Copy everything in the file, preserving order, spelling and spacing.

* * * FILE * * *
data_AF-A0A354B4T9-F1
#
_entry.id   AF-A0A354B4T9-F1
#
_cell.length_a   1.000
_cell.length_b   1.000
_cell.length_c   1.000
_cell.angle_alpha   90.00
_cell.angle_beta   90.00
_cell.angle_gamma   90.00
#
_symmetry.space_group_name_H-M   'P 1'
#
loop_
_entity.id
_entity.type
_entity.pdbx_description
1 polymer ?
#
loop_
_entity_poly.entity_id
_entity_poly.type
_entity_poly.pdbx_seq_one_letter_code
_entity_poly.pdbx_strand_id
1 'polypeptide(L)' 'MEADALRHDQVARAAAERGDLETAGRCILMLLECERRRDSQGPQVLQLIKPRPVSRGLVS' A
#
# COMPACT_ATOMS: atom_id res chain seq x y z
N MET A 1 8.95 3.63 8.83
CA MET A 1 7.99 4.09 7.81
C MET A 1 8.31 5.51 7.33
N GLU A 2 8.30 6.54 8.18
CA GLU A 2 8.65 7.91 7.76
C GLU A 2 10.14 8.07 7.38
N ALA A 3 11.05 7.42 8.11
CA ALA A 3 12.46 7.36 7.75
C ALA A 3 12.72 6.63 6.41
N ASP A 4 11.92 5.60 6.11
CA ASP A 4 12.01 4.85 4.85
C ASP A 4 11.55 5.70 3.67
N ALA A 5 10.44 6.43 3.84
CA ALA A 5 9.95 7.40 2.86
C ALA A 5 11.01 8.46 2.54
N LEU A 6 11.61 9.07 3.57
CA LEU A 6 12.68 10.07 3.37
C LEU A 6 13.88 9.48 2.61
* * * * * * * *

data_AF-A0A354B4T9-F1
#
_entry.id   AF-A0A354B4T9-F1
#
_cell.length_a   1.000
_cell.length_b   1.000
_cell.length_c   1.000
_cell.angle_alpha   90.00
_cell.angle_beta   90.00
_cell.angle_gamma   90.00
#
_symmetry.space_group_name_H-M   'P 1'
#
loop_
_entity.id
_entity.type
_entity.pdbx_description
1 polymer ?
#
loop_
_entity_poly.entity_id
_entity_poly.type
_entity_poly.pdbx_seq_one_letter_code
_entity_poly.pdbx_strand_id
1 'polypeptide(L)' 'MEADALRHDQVARAAAERGDLETAGRCILMLLECERRRDSQGPQVLQLIKPRPVSRGLVS' A
#
# COMPACT_ATOMS: atom_id res chain seq x y z
N MET A 1 8.95 3.63 8.83
CA MET A 1 7.99 4.09 7.81
C MET A 1 8.31 5.51 7.33
N GLU A 2 8.30 6.54 8.18
CA GLU A 2 8.65 7.91 7.76
C GLU A 2 10.14 8.07 7.38
N ALA A 3 11.05 7.42 8.11
CA ALA A 3 12.46 7.36 7.75
C ALA A 3 12.72 6.63 6.41
N ASP A 4 11.92 5.60 6.11
CA ASP A 4 12.01 4.85 4.85
C ASP A 4 11.55 5.70 3.67
N ALA A 5 10.44 6.43 3.84
CA ALA A 5 9.95 7.40 2.86
C ALA A 5 11.01 8.46 2.54
N LEU A 6 11.61 9.07 3.57
CA LEU A 6 12.68 10.07 3.37
C LEU A 6 13.88 9.48 2.61